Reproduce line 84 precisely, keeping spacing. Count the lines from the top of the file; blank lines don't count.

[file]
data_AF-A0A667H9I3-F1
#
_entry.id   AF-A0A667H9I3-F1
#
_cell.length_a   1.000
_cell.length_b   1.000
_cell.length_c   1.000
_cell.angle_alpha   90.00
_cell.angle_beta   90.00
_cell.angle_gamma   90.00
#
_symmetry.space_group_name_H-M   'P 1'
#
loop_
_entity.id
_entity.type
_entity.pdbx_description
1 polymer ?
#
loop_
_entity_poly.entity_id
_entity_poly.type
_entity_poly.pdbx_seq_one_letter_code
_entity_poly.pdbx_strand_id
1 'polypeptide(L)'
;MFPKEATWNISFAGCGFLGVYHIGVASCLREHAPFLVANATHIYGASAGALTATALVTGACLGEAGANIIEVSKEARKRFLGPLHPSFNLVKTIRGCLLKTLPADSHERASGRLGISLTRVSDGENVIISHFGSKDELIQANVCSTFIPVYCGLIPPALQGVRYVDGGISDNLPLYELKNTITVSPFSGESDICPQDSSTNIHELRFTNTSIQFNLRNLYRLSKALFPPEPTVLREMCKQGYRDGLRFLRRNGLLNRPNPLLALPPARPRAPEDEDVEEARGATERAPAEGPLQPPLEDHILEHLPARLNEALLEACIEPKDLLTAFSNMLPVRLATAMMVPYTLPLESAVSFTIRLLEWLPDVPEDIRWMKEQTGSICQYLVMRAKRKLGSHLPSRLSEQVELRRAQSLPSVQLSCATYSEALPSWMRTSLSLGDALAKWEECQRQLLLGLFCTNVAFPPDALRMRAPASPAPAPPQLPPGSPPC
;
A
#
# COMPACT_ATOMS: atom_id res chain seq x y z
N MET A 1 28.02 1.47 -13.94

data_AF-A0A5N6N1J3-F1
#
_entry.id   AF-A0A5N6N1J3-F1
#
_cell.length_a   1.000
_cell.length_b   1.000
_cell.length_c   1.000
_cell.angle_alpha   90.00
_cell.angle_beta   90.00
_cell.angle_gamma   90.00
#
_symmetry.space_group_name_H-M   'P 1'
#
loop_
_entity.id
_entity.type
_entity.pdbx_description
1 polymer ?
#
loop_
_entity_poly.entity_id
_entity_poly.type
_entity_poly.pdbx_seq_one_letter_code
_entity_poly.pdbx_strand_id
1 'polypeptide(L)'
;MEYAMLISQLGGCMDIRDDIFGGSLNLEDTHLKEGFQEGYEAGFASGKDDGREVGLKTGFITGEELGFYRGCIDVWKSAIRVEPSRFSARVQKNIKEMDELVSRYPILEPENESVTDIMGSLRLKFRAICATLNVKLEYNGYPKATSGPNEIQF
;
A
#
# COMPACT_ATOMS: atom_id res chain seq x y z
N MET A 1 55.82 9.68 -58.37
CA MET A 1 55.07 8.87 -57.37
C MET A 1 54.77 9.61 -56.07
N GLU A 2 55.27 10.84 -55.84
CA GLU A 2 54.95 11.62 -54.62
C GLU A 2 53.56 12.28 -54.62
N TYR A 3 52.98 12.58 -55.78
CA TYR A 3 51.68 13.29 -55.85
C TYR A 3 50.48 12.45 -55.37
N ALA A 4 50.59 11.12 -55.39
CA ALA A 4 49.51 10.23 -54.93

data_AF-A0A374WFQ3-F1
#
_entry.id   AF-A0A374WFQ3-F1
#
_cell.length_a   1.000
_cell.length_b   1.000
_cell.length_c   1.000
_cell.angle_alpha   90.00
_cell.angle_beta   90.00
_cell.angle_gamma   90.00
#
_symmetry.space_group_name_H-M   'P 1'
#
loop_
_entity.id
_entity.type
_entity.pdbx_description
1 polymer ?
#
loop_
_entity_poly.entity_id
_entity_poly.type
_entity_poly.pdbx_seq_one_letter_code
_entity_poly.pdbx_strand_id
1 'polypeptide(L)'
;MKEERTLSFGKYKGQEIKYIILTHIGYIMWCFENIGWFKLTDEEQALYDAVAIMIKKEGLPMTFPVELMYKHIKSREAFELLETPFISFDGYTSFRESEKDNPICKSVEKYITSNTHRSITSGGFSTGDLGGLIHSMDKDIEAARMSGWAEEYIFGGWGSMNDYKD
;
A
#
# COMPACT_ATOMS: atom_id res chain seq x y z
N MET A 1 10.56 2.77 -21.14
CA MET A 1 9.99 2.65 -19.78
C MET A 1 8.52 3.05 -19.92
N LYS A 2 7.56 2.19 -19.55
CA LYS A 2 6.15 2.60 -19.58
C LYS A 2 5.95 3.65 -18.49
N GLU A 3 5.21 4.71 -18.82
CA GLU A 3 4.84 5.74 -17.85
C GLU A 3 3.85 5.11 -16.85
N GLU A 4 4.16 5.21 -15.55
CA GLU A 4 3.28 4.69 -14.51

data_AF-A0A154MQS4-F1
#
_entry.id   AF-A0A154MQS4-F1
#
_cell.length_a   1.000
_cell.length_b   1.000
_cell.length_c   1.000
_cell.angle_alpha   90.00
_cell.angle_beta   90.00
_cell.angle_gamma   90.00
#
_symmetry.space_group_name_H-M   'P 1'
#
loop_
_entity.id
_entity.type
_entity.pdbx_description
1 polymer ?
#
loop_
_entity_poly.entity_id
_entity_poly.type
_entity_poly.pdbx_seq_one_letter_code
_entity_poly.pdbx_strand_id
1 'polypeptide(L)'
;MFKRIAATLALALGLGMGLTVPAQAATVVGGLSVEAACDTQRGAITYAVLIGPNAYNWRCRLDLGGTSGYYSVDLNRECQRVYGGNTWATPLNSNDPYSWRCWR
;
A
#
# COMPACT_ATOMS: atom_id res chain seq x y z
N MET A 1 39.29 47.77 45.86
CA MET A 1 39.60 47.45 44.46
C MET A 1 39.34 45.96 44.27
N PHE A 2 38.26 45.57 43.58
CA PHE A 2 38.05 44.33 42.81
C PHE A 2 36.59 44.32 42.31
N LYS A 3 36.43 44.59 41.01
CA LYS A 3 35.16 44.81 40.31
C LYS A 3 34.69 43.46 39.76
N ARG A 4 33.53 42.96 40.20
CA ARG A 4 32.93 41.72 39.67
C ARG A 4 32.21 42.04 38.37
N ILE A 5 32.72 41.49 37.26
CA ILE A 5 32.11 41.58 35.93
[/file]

_symmetry.space_group_name_H-M   'P 1'